What are your chances of acceptance?

Your chance of acceptance
Duke University
Duke University
Your chancing factors
Unweighted GPA: 3.7
SAT: 720 math
| 800 verbal


Low accuracy (4 of 18 factors)

Princeton Interview: What It’s Like + My Experience

Like many other selective schools, Princeton offers applicants the opportunity to interview with one of its alumni. Your chances of getting an interview depend on the number of available alumni in your area, although historically, the school does try to ensure that every applicant has the chance to interview. Like most other schools, Princeton stresses that candidates who don’t receive one are at no disadvantage whatsoever in the application process. 


Here at CollegeVine, our official advice is that if you do receive this opportunity, you should definitely take it! Alumni interviews are a great way for you to showcase your personality during the admissions process, and are a fantastic means of getting your school-specific questions answered from someone who has been in your shoes and had the experience of attending the university. 


These interviews are not overly formal, intimidating hurdles for applicants to jump through – rather, these are 30 to 45-minute informal conversations meant to help you feel more in tune with the school. Princeton does not offer on-campus interviews; instead, in-person interviews will be located near you, perhaps at a coffee shop or a local high school. A large number of these interviews take place on the phone or via a video chat application, as this allows the alumni to reach a greater number of applicants. 


I interviewed with Princeton during my application cycle – although I was ultimately not accepted, going through the interview process shed a lot of insight on what to expect and what the alumni are looking for from candidates, and I am excited to share what I learned to prospective Tigers!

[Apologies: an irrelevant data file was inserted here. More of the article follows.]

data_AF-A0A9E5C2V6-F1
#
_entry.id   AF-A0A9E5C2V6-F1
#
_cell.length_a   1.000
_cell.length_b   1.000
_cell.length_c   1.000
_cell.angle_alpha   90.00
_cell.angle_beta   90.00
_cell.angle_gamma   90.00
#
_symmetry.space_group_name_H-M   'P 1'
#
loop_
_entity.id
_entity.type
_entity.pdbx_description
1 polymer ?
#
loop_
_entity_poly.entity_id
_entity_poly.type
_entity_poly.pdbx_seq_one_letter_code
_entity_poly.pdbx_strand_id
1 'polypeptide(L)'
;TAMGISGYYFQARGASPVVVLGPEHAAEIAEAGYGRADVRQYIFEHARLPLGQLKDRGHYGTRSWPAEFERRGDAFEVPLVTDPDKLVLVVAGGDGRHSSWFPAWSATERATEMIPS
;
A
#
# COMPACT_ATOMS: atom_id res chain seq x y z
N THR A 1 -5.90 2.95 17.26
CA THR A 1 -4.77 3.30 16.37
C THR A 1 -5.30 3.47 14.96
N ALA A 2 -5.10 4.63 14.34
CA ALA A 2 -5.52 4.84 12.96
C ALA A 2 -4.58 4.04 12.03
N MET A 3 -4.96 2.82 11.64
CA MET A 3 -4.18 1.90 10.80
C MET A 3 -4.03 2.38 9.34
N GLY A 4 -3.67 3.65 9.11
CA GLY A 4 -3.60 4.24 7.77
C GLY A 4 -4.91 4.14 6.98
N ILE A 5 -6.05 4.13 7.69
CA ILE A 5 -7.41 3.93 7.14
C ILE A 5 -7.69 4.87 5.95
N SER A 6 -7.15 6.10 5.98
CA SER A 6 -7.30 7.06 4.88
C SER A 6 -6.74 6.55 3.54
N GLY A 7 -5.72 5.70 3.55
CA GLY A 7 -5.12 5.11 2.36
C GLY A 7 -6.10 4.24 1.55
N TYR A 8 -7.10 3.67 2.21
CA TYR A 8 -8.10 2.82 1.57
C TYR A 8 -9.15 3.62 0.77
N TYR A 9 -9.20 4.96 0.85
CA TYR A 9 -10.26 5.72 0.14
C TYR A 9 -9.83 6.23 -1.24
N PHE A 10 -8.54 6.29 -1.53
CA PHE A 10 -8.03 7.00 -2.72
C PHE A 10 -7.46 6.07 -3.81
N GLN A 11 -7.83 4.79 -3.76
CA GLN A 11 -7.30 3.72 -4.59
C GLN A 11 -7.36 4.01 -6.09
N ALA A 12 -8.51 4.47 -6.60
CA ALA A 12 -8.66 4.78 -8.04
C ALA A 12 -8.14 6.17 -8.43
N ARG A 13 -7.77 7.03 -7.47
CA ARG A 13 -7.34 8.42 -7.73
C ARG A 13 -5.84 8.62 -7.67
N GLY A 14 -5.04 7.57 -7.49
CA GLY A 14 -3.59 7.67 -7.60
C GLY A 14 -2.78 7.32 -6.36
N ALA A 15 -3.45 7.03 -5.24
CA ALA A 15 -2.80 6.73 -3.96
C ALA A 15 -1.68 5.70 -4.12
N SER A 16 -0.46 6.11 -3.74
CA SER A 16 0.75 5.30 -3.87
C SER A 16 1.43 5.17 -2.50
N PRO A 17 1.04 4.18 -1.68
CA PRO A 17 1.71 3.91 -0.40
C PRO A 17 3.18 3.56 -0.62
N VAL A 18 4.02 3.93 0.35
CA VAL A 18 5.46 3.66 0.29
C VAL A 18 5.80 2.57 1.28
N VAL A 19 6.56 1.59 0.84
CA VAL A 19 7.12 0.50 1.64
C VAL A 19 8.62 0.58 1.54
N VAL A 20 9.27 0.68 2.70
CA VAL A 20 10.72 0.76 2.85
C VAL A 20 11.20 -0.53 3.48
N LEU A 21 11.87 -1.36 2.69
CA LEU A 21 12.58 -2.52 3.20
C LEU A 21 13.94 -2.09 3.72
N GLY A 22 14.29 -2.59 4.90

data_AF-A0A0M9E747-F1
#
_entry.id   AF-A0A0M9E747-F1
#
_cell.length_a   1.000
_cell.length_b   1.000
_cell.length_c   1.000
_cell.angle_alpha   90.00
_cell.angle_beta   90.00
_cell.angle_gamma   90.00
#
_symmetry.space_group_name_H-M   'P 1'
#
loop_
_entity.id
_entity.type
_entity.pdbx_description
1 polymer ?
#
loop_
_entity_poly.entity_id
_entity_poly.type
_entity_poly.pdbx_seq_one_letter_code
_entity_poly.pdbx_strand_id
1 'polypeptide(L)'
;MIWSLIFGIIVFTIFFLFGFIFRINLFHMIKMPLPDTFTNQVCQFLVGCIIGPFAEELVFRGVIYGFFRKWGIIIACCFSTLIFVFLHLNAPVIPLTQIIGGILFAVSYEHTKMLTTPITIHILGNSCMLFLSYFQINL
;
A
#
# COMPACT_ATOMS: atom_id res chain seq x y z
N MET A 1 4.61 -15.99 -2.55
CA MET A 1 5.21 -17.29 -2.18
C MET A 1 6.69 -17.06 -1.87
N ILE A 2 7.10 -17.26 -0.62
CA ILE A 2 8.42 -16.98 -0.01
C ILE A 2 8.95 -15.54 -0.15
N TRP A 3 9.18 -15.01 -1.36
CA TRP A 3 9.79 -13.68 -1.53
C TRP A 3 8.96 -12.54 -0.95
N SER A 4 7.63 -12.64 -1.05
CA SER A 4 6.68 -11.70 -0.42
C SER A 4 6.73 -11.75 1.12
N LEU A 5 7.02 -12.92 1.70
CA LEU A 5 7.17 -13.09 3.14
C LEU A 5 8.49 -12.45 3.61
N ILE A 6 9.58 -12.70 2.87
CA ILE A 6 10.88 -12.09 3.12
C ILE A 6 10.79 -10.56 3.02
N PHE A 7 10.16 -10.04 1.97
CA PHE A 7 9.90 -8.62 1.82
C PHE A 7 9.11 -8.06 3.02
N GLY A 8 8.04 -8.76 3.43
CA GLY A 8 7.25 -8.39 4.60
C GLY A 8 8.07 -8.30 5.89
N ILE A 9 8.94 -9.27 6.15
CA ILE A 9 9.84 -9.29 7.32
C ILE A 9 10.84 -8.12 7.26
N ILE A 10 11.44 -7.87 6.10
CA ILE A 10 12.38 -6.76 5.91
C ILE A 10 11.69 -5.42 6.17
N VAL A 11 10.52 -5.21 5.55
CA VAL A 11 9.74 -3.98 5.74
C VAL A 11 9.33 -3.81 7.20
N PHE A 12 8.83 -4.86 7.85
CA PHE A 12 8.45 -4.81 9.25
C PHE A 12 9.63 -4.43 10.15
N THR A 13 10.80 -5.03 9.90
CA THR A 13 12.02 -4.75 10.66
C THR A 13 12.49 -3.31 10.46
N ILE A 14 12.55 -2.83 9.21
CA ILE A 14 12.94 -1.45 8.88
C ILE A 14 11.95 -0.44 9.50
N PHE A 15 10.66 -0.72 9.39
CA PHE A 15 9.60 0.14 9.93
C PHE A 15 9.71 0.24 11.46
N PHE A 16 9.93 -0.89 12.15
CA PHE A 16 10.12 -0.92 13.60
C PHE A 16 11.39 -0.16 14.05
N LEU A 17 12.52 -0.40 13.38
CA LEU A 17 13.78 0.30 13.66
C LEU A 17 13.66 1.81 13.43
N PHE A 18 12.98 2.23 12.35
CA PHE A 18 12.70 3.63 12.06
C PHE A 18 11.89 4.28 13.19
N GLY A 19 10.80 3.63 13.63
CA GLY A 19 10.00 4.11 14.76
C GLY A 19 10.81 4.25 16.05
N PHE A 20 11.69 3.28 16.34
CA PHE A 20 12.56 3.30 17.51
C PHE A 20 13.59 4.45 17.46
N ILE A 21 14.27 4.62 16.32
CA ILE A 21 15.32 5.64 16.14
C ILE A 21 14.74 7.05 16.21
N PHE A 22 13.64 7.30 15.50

How is Covid-19 Impacting Princeton University Interviews?


For this application cycle, all Princeton interviews will be virtual, taking place via video chat or phone. Check out our blog article on virtual interviews for expert tips on navigating the interview process during these unprecedented times.


Setting Up Your Princeton University Interview


I applied Regular Decision to Princeton and was contacted about the alumni interview via email in February. The email was from Princeton’s undergraduate admissions office and contained the contact information of the alumni that would contact me to set up the interview. 


A day later, I received an email from this alumni, who indicated they were in New Jersey and that they would call me for a telephone interview.  Since I was on the West Coast, we were unable to meet in person and had to be very explicit about time and indicating time zones. I responded back with my availability and we settled on a date two days from the email, so the process was a lot more fast-paced than I anticipated.


What the Princeton University Interview is Like


I remember being nervous for the interview, but it ended up being extremely casual and conversational. We introduced ourselves and then the alumni asked me questions about my extracurricular involvements, hobbies, and favorite book. Because I was in a cultural club, I discussed my contribution to my high school’s annual International Food Fair event, which sparked a fun conversation about the similarities between my culture and her culture’s respective cuisines. 


For the favorite book question, I remember giving the name of a book I had read for class, which in retrospect, may not have been the best decision. Rather, I would advise you to be honest and discuss a novel that might not necessarily be award-winning, textbook literature, but is still mentally stimulating. Whether or not the interviewer knows the book, leave them with a perspective on specific parts of it that will make you a more memorable candidate.